[Python-Dev] Patch making the current email package (mostly) support bytes
Stephen J. Turnbull
stephen at xemacs.org
Fri Oct 8 05:37:38 CEST 2010
R. David Murray writes:
> > The MIME-charset = UNKNOWN dodge might be a better way of handling
> > this.
> That is a very interesting idea. It is the *right* thing to do, since it
> would mean that a message parsed as bytes could be generated via Generator
> and passed to, say, smtplib without losing any information. However,
> It's not exactly trivial to implement, since issues of runs of characters
> and line re-wrapping need need to be dealt with. Perhaps Header can be
> made to handle bytes in order to do this; I'll have to look in to
Ouch. RFC 822 line wrapping is a bytes->bytes transformation, and the
client shouldn't see it at all unless it inspects the wire format.
MIME-encoding is a text->bytes transformation, again an internal
matter. The constraints on the wire format means that the MIME-
encoder needs to careful about encoded-word length. ISTM that all you
need to know, assuming that this is a method on a Header, and it's
normally invoked just before conversion to bytes, is the codec and the
CTE, and both can be optional (default to 'utf-8' and a value
depending on the proportion of encodable characters).
You take the header, encode according to the codec, then start
MIME-encoding according to the CTE. The maximum size of encoded words
is chosen to fit on a line within 78 bytes. The number of bytes
encoded in each word depends only on the size of metadata associated
with the word. (Sure you could make it prettier for those reading it
with an "MUA" like less, but I don't think that's really worth
*If* you have an 8-bit value of unknown encoding on input, this will
appear in the Header's value as a surrogate. Hm, OK, I see the
problem ... as usual, it's that the only efficient thing to do is
encode using surrogate-escape which loses the information that these
are invalid bytes. Would it really be that bad to add an O(length)
component where you examine the string for surrogates (and too-long
words, for that matter), and chop off those pieces for MIME encoding?
> > > Presumably you are suggesting that email5 be smart enough to turn my
> > > example into properly UTF-8/CTE encoded text.
> > No, in general that's undecidable without asking the originator,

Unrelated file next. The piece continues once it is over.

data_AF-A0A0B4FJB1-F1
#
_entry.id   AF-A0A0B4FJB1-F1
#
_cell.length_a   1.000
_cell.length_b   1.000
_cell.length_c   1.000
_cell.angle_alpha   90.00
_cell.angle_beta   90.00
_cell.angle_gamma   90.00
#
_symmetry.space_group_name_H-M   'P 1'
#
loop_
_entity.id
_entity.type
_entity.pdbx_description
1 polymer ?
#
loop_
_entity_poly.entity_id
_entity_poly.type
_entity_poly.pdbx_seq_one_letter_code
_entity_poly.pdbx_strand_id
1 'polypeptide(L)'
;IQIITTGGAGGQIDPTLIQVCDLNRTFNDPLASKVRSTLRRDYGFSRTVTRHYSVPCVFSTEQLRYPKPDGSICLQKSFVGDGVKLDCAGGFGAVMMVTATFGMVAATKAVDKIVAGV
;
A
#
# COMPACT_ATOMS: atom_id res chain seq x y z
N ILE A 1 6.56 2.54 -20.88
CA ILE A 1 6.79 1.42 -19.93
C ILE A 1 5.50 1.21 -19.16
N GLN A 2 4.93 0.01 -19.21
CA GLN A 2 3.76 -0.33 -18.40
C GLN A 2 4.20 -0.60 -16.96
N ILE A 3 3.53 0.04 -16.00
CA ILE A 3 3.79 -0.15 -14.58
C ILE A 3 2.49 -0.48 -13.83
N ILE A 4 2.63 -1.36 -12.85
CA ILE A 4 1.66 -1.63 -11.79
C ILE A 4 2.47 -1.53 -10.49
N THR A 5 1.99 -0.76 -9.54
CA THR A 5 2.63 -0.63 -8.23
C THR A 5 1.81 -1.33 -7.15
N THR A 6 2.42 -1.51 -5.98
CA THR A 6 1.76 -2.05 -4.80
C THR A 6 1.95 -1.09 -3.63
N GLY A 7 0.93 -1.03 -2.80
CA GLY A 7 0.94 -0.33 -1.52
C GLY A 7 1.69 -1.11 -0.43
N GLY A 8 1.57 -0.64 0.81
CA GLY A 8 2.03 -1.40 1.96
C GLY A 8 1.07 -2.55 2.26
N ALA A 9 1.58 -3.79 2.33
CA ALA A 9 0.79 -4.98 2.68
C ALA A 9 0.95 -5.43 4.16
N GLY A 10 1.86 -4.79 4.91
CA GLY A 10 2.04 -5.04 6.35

> > although humans can often make a good guess.
> I was talking about unicode input, though, where you do know (modulo
> the language differences that unicode hasn't yet sorted out).
I don't understand why this is difficult. As far as what Unicode has
and hasn't sorted out, that's not your job AFAICS. If clients want a
specific codec or other language-based style, they'd better specify it
themselves. Else, you just stuff the Unicode into a UTF-8-encoded
bytes, and go from there. This is *why* Unicode was designed, so that
software could do something standard and sane with text which needs to
be readable but not exquisitely crafted literary works. No? If you
want beauty, then use a markup language.
> Right, but I was talking about my python3 example, where I was using
> the email5 parser to (unsuccessfully) parse unicode. *That's* the thing
> email5 can't really handle, but email6 will be able to.
For email5 it would be an extension, yes, but I don't see why it would
be hard to handle Unicode input, assuming it's *really* Unicode,
unless you want to cater to "legacy" systems that might not understand
Unicode (or at least would prefer an alternative encoding). Since
it's an extension, I don't think that's your problem, and the people
who would really like this extension (eg, the Japanese) are used to
dealing with mojibake issues. (Of course, as an extension, you don't
need to do it at all. This is just speculation.)
The problem would be with careless clients of email5 that find a way
to hand it bogus Unicode (eg, by inappropriately using the latin-1
codec to get a binary represention of their bytes in Unicode), but I'm
not sure how big a problem that would be.
> Thank you very much for this piece of perspective. I hadn't thought
> about it that clearly before, but what you say makes perfect sense to me,
> and is in fact the implicit perspective I've been working from when
> working on the email6 stuff.
You're welcome, of course, and it makes me feel much better about
email6. (Not that I had any real worries, but here we are about
halfway up a 100m cliff, and the trail just widened from 20cm to
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